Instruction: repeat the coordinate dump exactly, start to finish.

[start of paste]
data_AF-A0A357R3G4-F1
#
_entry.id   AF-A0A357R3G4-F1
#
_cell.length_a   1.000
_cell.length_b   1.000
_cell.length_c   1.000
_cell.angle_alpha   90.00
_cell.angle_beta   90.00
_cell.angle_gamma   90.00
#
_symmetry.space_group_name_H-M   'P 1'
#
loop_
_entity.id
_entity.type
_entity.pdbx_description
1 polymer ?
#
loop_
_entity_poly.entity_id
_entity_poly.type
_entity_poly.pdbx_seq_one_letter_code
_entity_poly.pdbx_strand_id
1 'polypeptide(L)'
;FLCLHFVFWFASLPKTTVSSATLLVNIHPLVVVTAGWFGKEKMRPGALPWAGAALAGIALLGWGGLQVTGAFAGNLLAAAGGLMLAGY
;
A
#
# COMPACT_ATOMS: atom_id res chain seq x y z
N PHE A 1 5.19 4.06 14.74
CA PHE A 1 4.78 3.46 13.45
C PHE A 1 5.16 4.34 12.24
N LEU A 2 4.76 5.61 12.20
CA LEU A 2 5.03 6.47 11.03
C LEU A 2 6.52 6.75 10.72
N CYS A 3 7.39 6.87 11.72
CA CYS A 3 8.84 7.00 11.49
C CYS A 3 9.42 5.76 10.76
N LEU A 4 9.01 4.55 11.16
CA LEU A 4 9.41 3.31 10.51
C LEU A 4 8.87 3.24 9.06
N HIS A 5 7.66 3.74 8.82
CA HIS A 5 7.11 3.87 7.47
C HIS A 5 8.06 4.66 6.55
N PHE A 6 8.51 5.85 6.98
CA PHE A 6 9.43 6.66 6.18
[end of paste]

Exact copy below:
data_AF-A0A357R3G4-F1
#
_entry.id   AF-A0A357R3G4-F1
#
_cell.length_a   1.000
_cell.length_b   1.000
_cell.length_c   1.000
_cell.angle_alpha   90.00
_cell.angle_beta   90.00
_cell.angle_gamma   90.00
#
_symmetry.space_group_name_H-M   'P 1'
#
loop_
_entity.id
_entity.type
_entity.pdbx_description
1 polymer ?
#
loop_
_entity_poly.entity_id
_entity_poly.type
_entity_poly.pdbx_seq_one_letter_code
_entity_poly.pdbx_strand_id
1 'polypeptide(L)'
;FLCLHFVFWFASLPKTTVSSATLLVNIHPLVVVTAGWFGKEKMRPGALPWAGAALAGIALLGWGGLQVTGAFAGNLLAAAGGLMLAGY
;
A
#
# COMPACT_ATOMS: atom_id res chain seq x y z
N PHE A 1 5.19 4.06 14.74
CA PHE A 1 4.78 3.46 13.45
C PHE A 1 5.16 4.34 12.24
N LEU A 2 4.76 5.61 12.20
CA LEU A 2 5.03 6.47 11.03
C LEU A 2 6.52 6.75 10.72
N CYS A 3 7.39 6.87 11.72
CA CYS A 3 8.84 7.00 11.49
C CYS A 3 9.42 5.76 10.76
N LEU A 4 9.01 4.55 11.16
CA LEU A 4 9.41 3.31 10.51
C LEU A 4 8.87 3.24 9.06
N HIS A 5 7.66 3.74 8.82
CA HIS A 5 7.11 3.87 7.47
C HIS A 5 8.06 4.66 6.55
N PHE A 6 8.51 5.85 6.98
CA PHE A 6 9.43 6.66 6.18